Feed

Find a local feed store if you are not planning on making your own feed. Feed stores often carry day old chicks. From Growing Garden: Expect three chickens to consume a 50 lb bag of feed every 2 to 3 months. A 50 pound bag of organic layer feed is about $25, and chick feed about $30, (baby chicks need their own feed before switching to layer feed). Chickens eat insects, worms, fruits, seeds, acorns, slugs, grains and will eat just about any table scrap you give them. They have a well developed gizzard, which is part of their stomach that contains tiny stones that grind up their food. Chickens need to be fed and watered once a day and the coop needs to be cleaned once/week (which is less than I thought).

Coop

{Pic from Garden Coops}

Once the chickens feather out about 60 days after birth, they will need to be moved to an outdoor coop. Instructables gives five basic coop tips:

  1. Adequate floor space per bird.
  2. Dry with good ventilation.
  3. Temperature control.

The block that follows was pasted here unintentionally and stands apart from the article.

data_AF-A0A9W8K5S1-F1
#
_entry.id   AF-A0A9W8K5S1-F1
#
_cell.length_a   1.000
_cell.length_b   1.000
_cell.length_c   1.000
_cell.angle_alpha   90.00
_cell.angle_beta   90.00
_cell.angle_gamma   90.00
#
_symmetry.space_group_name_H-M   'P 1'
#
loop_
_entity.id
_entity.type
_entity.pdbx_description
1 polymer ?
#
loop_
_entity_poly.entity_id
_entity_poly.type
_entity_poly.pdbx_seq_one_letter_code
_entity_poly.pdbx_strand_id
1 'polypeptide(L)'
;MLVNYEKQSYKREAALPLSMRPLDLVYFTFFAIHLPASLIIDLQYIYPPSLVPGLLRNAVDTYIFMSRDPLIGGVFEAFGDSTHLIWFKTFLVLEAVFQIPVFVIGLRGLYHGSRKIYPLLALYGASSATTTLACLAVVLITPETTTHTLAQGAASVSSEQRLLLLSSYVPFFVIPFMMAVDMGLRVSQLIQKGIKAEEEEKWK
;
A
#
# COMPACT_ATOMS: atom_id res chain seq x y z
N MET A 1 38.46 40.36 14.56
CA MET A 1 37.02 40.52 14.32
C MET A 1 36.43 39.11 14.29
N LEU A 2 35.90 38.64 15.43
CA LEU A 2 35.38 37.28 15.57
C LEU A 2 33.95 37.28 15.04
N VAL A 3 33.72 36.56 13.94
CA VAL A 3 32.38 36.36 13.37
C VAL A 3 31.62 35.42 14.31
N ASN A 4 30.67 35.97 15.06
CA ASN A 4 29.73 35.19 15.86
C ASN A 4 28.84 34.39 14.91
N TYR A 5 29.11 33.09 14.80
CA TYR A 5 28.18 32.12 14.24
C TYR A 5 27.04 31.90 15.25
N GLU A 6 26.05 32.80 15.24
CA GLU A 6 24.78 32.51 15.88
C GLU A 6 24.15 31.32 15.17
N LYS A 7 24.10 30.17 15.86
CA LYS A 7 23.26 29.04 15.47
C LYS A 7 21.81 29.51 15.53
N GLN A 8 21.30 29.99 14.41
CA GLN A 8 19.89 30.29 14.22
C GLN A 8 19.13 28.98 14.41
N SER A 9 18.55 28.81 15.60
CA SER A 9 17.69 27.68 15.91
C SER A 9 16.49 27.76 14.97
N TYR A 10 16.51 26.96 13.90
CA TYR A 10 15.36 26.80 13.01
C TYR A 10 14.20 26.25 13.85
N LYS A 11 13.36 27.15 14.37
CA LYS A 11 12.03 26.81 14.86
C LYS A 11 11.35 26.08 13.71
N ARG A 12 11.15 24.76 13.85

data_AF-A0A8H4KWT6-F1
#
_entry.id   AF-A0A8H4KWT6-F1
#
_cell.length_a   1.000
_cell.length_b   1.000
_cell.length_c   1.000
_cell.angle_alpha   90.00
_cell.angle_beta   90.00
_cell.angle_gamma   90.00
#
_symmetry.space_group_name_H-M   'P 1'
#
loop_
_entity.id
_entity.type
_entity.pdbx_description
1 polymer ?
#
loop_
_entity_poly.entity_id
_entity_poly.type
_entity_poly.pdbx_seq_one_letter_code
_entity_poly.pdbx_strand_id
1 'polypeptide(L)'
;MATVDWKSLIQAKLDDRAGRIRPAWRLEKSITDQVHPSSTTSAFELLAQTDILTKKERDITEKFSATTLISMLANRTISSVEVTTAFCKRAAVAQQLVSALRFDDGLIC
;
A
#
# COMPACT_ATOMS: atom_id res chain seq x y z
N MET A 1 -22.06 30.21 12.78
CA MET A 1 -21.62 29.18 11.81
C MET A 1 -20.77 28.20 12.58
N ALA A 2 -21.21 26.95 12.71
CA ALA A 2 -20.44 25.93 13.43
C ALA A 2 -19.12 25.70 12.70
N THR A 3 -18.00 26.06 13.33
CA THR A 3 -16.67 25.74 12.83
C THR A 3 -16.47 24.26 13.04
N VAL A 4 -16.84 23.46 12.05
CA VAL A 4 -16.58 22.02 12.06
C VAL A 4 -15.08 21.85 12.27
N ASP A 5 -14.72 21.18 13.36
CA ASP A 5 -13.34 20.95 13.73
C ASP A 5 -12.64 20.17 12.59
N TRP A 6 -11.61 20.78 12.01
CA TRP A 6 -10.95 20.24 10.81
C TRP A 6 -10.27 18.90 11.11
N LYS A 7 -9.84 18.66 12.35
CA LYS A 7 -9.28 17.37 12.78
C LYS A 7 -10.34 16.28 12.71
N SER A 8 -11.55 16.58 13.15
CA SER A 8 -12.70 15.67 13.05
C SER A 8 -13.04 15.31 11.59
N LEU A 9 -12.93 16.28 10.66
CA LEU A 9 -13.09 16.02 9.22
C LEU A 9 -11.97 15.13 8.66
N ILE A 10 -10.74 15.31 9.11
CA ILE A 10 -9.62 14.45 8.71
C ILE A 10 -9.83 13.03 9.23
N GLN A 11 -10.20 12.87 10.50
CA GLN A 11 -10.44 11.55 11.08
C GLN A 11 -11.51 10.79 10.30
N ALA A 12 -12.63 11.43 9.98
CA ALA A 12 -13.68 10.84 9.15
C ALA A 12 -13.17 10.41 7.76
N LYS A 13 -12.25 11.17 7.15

4. Predator protection.
  5. Keep it clean + fresh water/food = happy & healthy birds.

Raising chickens is like raising any other pet, except they’re easier, cleaner (if you can believe it) and they give you eggs in return. Who’s in?

Chicken Facts I’ve learned:

  • You don’t need a rooster for a hen to lay eggs. Hens will lay one unfertilized egg every day to every three days depending. 5 chickens will give you about 10-20 eggs/week
  • Chickens can live to be 20, but the average is 8 years
  • Chickens begin laying eggs between 5-6 mths. old
  •  The amount of eggs a hen will produce decreases over time, they will produce the most within their first 1-4 years